This list of questions will be updated as new requests arrive.  Please be sure to send us any quesitons you have.  You can use this contact form to send us new questions. 

Will the installation involve digging up my yard?

There will be some "digging up of the yard", but at this time we do not have enough infromation to provide a completely accurate response.    We will know more about the path to your house and the method of installation as we have discussions with the project engineers and the fiber installation contractor.  Needless to say,  the final outcome will have to be one that is mutually agreeable and reasonable. 

Will the installation cover private roads and driveways?


This project includes running fiber on:

  • All township roads that have existing structures
  • All private roads with existing structures
  • All driveways to  existing homes regardless of length during the initial period. After the initial period, there will be connection fees based on distance from the road.
Do I have to provide any equipment or pay additional charges to have the fiber installed at my house?

For everyone who initially subscribes to the service,  there will no requirement to provide any additional equipment or pay any other charges other than the millage and monthly service fees.  Monthly service fees will be between $35 and $45 for 100mbs speed and no data cap.  After completing this initial phase of implementation we will have to agree upon a fee structure for equipment and attaching to the network for new subscribers. 

Will the internet service provider provide each house with a wireless router?

A wireless router will be supplied to all homes that subscribe to the service during the initial subscription period.  It is yet to be determined if this device will be mounted on the outide or inside of the home.

Who will I call when there is a problem with my internet connectivity?

A key component in building our network will be the selection of an Internet Serviece Provider (ISP) to manage daily operations.  One of the the most important roles of the ISP will be customer support.  Since we will be responsible for selecting our ISP,  we will be able to put in place required service levels that will meet our expectations.  The ISP will be the contact of all customer related issues.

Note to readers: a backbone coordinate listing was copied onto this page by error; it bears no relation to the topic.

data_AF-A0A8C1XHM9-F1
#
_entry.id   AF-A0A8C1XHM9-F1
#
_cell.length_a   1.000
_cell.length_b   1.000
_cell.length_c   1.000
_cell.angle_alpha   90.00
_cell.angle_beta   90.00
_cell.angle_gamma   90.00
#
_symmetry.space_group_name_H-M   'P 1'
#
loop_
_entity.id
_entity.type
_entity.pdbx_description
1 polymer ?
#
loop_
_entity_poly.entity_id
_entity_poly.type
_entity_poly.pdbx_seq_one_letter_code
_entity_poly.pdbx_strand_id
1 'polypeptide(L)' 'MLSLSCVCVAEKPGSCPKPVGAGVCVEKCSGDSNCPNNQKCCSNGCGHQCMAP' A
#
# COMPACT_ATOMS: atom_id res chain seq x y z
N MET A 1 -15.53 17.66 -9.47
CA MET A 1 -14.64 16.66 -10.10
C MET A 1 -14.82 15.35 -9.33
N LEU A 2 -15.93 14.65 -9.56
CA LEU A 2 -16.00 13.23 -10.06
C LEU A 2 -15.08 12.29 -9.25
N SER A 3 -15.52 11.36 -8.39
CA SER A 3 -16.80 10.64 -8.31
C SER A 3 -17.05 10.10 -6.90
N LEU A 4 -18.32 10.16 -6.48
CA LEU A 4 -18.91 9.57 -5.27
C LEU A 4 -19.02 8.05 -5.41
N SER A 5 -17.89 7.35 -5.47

Will there be a minimum duration contract that I will have to sign (ex. 2 year)?

We certainly want to maximize the advantage for residents so we need to do some careful analysis to determine if contracts are the best way forward, and if so, what the terms and lenghts of the contracts would be.  

How will you decide which houses to hook up first?

Currently we do not have enough information to provide a completely accurate response.   We will know more about the actual sequence of startup as we have discussions with the project engineers,  the fiber installation contractor and the Internet Service Provider (ISP).  

Will the fiber optic network be obsolete in a few years?

Today, no faster technology exists or is even on the horizon. Every internet backbone around the world is made up of fiber optic cables – millions of miles of this cable are buried underground, strung on utility poles, and laid under oceans. Every residential internet access technology – be it cable, DSL, wireless, satellite, or fiber – is just a way to reach this network of fiber optic cables. To use fiber optic as the residential internet access technology is akin to extending the internet backbone to your doorstep. It will only become outdated if and when a faster technology is invented and the millions of miles of fiber optic cables that make up the internet backbones are physically replaced. If and when a faster technology does become available, it will take many decades to replace the millions of miles of fiber optic cables – much longer than 20 years.

It is important to note that the electronics that send the signal across the fiber optic cables will become outdated over time – but replacement of these electronics is expected and built into the business model.